Contributed by Glen Davis
In the words of Margaret Thatcher; “and you know, there’s no such thing as society,” and doesn’t our contemporary world highlight this.
Over the last few decades capitalism has changed. Our leaders mirror Thatcher’s words. We are reduced to being in a market place, where we’re no longer people but customers. The sole nexus in human relationships is about cash exchange for personal gain.
With the introduction of the Purchaser-Provider split under the Kirner ALP Government in Victoria back in the 1990’s, the market based approach to the provision of health care sped along. This accentuated the increased commodifying of all around us.
People using health services are no longer called patients, let alone people. Instead, they’re loaded with titles reflecting the primary relationship, where all aspects of healthcare are reduced to commodities to be purchased. Customer, Client, Consumer, are terms used to describe those ‘purchasing’ these services.
Ultimately, it is no secret that healthcare has undergone some huge changes in recent years. For example, by embracing revolutionary technology such as medicare raf software, healthcare organizations are now able to speed up pre-encounter preparation and improve coding accuracy before any healthcare claims are sent.
Above all, when used effectively, medicare risk adjustment software can make it easier to close Hierarchical Condition Category (HCC) and Healthcare Effectiveness Data and Information Set (HEDIS) gaps, thereby reducing the workload on office staff.
As always, there is room for improvement when looking at the healthcare system as a whole though.
For instance, recent changes in how Aged Care services are funded, are a further ‘deform’ to healthcare changes. Instead of older people accessing their supports through established health networks, they’re now informed they have choices of who can deliver their care. Bureaucrats under both the ALP and LNP governments shave sung the same tune re choice. Tweedle Dee, Tweedle Dum.
Like the pink batts episode, where dodgy small business operators saw easy access to bucket loads of dollars, a whole lot of new private providers promising the world popped up. These parasites know how to rort the dollars when they can. Older people are offered levels of care they can’t actually afford, are promised fast-tracking through the system that won’t happen, being targeted by these unscrupulous operators.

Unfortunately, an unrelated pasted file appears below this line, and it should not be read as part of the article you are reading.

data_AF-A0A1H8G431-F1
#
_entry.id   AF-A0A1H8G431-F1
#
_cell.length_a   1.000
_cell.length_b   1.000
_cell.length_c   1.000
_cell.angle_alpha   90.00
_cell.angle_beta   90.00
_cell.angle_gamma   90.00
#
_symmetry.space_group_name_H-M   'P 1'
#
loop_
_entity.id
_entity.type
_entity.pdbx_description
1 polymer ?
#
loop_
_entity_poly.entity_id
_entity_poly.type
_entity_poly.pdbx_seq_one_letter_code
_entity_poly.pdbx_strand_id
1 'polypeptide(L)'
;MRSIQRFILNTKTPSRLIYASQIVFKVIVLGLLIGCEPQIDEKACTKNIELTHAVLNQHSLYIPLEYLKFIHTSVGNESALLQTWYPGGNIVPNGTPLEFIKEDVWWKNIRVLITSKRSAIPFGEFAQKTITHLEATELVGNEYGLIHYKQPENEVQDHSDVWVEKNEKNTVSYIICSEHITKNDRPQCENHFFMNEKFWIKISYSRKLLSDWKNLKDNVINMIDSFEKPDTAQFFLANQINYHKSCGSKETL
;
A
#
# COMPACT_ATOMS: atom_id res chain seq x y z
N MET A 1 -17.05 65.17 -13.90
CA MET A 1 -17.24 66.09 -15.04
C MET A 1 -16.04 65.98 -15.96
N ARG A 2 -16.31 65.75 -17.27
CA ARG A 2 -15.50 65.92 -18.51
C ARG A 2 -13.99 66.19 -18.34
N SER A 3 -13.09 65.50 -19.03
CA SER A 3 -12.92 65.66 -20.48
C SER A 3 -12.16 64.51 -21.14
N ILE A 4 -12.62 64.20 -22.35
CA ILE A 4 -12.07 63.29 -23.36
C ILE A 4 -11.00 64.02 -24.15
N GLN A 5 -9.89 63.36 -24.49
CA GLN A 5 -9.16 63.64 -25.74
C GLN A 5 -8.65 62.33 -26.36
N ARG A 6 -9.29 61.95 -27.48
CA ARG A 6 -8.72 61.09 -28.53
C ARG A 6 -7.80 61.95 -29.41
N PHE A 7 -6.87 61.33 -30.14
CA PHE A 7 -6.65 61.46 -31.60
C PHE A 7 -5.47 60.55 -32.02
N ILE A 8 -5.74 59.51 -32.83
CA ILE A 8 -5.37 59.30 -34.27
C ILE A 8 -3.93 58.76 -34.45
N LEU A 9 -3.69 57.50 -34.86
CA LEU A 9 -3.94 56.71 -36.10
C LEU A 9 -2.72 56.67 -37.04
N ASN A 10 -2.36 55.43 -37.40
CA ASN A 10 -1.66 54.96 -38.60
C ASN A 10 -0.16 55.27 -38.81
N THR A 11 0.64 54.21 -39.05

Renata Saleci speaks of the tyranny of choice, (rates of anxiety in Australia). It is estimated over two million Australians or 14.4 percent of us, suffer from anxiety, our most prevalent mental health disorder. America is no different as shown by the number of people turning to the services of a colorado dispensary in order to combat this draining condition. She speaks of increased choice being a contributing factor to the levels of anxiety. This is why so many are now trying to decrease their anxiety levels by going for more nature-based products that can help them throughout their daily life. Going onto sites such as https://fatbuddhaglass.com/products/6-mini-bong can show what type of natural substances like medical marijuana can be accessorized with to help those who are in need. With all cases like this, a medical professional will need to be consulted. If this is ultimately decided, there are a myriad of ways it can be consumed for the best effect. Patients may want to look up such help as ‘how to make a homemade pipe‘, and ‘the best edibles for anxiety’, the list is endless.
Renata speaks about the mantra of choice being a cause of discontent; about making a choice, than being dissatisfied it is the wrong choice. But how do we make a correct/better choice?
Age Care, all healthcare, is not simply a product you choose to buy. It’s about being able to live our lives to the fullest. Isn’t it time where we moved beyond a world of making vacuous choices to a world where our needs are the priority?